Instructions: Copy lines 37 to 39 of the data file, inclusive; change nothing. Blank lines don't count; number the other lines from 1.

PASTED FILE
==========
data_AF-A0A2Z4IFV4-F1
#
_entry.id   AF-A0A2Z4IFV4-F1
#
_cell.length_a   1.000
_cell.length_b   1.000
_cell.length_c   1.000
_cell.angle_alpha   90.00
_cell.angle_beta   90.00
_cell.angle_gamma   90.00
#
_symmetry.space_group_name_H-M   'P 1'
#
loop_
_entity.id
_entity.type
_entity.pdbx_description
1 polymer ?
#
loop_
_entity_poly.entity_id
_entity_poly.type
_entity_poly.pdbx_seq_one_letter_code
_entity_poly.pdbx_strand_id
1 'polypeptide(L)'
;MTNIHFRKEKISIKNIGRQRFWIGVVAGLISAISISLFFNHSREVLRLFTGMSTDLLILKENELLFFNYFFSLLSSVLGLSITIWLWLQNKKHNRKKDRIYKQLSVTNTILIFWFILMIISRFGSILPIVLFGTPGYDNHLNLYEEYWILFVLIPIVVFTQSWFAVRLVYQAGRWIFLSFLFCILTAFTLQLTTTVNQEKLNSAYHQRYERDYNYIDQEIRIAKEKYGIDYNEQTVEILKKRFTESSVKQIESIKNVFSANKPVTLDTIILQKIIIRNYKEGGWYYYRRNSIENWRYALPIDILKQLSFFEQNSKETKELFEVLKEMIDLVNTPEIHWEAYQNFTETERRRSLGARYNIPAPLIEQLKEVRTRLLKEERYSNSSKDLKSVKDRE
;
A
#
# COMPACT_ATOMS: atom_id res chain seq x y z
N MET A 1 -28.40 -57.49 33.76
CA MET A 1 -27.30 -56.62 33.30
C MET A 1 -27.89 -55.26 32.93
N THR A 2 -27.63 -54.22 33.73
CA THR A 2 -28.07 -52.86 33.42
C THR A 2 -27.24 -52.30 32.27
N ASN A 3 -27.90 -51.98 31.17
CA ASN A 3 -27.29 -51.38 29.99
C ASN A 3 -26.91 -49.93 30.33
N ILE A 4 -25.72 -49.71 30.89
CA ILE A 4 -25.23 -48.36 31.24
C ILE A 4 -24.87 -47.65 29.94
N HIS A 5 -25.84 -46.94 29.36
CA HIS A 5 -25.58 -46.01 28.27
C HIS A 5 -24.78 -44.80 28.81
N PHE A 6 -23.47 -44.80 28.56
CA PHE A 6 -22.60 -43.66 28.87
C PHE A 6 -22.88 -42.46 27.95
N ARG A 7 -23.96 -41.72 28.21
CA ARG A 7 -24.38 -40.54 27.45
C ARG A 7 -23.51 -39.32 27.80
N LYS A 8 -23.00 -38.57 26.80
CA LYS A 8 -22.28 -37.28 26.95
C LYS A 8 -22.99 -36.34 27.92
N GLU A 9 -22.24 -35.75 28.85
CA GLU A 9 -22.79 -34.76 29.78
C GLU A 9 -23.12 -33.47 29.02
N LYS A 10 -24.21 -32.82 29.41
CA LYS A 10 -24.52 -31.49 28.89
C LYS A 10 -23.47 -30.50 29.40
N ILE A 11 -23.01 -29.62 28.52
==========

N ASN A 3 -27.90 -51.98 31.17
CA ASN A 3 -27.29 -51.38 29.99
C ASN A 3 -26.91 -49.93 30.33